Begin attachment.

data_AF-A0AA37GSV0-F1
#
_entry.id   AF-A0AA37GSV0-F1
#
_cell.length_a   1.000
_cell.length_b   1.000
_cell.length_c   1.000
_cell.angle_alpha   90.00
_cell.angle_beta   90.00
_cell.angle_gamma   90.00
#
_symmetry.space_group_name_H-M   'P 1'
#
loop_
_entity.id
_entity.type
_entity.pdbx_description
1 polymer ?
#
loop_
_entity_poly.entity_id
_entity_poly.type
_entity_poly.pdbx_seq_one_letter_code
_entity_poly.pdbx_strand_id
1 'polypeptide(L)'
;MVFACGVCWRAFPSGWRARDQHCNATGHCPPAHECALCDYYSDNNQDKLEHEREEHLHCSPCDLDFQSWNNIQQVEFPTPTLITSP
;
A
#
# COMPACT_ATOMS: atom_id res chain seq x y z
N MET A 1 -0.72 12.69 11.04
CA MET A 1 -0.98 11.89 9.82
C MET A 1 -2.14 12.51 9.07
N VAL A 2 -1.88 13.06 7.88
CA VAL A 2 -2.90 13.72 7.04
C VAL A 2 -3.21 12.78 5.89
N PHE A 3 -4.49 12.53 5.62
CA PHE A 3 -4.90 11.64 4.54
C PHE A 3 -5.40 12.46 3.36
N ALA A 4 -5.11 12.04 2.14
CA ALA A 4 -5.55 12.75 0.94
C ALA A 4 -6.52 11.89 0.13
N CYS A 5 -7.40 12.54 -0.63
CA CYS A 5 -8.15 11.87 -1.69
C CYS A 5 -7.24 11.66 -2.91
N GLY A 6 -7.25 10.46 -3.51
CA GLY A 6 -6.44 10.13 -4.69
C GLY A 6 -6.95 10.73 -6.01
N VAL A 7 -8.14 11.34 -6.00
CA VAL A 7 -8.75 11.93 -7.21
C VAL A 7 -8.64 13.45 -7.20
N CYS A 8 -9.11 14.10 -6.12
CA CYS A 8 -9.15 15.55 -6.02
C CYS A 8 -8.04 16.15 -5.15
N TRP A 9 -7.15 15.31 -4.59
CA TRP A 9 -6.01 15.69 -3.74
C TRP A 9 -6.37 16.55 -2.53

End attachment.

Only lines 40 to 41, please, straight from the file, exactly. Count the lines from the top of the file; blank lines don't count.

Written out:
N ALA A 4 -5.11 12.04 2.14
CA ALA A 4 -5.55 12.75 0.94